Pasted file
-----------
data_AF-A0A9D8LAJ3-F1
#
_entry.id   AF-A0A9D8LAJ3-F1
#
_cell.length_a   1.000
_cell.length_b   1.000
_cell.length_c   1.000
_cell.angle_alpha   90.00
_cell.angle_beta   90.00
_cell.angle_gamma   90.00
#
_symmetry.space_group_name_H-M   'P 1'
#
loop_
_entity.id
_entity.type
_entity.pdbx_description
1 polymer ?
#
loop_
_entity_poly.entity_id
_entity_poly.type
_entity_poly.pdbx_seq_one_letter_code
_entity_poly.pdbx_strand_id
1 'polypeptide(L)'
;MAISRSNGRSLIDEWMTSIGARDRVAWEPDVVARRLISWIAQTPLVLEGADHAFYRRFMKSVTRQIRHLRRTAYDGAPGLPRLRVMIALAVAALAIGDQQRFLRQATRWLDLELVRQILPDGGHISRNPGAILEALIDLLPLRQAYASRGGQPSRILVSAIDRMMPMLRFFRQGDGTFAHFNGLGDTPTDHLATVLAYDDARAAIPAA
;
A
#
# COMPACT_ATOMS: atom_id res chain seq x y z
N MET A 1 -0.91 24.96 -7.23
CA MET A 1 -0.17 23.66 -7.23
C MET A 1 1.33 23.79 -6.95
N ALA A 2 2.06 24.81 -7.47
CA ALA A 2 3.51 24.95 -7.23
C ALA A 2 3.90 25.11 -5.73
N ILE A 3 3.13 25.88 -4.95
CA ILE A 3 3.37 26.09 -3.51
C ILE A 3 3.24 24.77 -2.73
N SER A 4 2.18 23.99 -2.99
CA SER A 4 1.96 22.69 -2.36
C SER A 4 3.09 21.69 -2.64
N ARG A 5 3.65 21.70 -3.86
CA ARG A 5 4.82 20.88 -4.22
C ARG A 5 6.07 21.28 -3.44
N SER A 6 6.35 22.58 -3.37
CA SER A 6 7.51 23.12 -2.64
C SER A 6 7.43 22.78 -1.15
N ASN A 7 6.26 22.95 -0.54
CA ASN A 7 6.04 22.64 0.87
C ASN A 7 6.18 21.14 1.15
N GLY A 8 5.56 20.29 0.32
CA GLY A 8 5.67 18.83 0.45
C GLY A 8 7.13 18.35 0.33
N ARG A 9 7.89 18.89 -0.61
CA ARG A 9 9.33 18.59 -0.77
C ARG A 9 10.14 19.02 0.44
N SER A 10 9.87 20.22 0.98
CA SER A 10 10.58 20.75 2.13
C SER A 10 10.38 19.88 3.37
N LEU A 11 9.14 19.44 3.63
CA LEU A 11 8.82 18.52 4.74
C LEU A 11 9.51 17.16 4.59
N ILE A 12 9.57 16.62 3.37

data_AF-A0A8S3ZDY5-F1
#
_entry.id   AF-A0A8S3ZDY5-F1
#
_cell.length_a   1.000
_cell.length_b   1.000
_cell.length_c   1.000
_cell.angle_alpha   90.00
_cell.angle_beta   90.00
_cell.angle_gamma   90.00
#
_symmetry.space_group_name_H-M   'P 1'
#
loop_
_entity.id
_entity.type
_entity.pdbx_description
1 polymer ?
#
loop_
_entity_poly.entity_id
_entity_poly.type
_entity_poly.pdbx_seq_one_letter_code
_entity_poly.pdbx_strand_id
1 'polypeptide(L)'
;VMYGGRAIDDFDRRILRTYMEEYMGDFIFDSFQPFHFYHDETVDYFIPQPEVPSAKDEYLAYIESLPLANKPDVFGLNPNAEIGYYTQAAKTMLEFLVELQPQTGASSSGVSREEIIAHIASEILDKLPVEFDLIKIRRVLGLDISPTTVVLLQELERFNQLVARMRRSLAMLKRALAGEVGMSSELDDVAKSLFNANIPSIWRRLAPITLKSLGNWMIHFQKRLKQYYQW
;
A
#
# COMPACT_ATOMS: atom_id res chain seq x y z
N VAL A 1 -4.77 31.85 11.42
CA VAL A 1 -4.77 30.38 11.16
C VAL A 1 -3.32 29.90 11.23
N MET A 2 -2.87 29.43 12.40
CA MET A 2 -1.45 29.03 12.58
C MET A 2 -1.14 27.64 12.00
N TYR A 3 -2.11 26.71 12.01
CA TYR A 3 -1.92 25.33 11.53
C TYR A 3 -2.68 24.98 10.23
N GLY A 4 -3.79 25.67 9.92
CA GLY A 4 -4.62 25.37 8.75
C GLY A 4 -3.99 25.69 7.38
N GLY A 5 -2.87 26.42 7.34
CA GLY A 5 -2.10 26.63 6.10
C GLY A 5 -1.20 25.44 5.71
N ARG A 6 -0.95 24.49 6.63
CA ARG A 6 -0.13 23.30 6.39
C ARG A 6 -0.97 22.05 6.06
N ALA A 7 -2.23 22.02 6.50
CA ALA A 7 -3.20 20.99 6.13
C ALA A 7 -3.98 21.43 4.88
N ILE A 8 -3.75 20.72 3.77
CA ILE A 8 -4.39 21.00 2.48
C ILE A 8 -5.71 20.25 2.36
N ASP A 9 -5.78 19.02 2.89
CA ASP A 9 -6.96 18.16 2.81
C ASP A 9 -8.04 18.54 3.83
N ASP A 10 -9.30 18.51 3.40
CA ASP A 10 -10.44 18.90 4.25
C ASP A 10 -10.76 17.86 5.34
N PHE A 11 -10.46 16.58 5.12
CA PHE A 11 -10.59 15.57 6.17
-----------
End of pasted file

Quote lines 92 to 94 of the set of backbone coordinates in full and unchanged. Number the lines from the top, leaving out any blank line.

A
#
# COMPACT_ATOMS: atom_id res chain seq x y z